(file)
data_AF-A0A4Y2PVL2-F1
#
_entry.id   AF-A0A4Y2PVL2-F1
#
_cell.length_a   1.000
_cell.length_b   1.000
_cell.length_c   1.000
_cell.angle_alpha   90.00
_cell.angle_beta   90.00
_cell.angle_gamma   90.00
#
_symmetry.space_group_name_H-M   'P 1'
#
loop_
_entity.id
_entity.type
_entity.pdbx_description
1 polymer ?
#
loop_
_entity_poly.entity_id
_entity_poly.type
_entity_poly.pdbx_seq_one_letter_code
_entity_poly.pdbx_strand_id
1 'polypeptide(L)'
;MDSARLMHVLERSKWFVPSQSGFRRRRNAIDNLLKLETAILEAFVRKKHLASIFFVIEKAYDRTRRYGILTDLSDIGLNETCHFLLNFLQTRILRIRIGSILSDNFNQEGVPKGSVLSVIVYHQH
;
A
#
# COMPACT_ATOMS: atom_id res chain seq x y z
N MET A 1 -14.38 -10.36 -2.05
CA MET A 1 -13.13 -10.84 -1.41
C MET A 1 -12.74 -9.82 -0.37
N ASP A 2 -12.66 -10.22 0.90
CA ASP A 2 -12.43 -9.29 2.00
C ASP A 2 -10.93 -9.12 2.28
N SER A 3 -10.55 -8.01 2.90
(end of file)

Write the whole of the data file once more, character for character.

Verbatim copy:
data_AF-A0A4Y2PVL2-F1
#
_entry.id   AF-A0A4Y2PVL2-F1
#
_cell.length_a   1.000
_cell.length_b   1.000
_cell.length_c   1.000
_cell.angle_alpha   90.00
_cell.angle_beta   90.00
_cell.angle_gamma   90.00
#
_symmetry.space_group_name_H-M   'P 1'
#
loop_
_entity.id
_entity.type
_entity.pdbx_description
1 polymer ?
#
loop_
_entity_poly.entity_id
_entity_poly.type
_entity_poly.pdbx_seq_one_letter_code
_entity_poly.pdbx_strand_id
1 'polypeptide(L)'
;MDSARLMHVLERSKWFVPSQSGFRRRRNAIDNLLKLETAILEAFVRKKHLASIFFVIEKAYDRTRRYGILTDLSDIGLNETCHFLLNFLQTRILRIRIGSILSDNFNQEGVPKGSVLSVIVYHQH
;
A
#
# COMPACT_ATOMS: atom_id res chain seq x y z
N MET A 1 -14.38 -10.36 -2.05
CA MET A 1 -13.13 -10.84 -1.41
C MET A 1 -12.74 -9.82 -0.37
N ASP A 2 -12.66 -10.22 0.90
CA ASP A 2 -12.43 -9.29 2.00
C ASP A 2 -10.93 -9.12 2.28
N SER A 3 -10.55 -8.01 2.90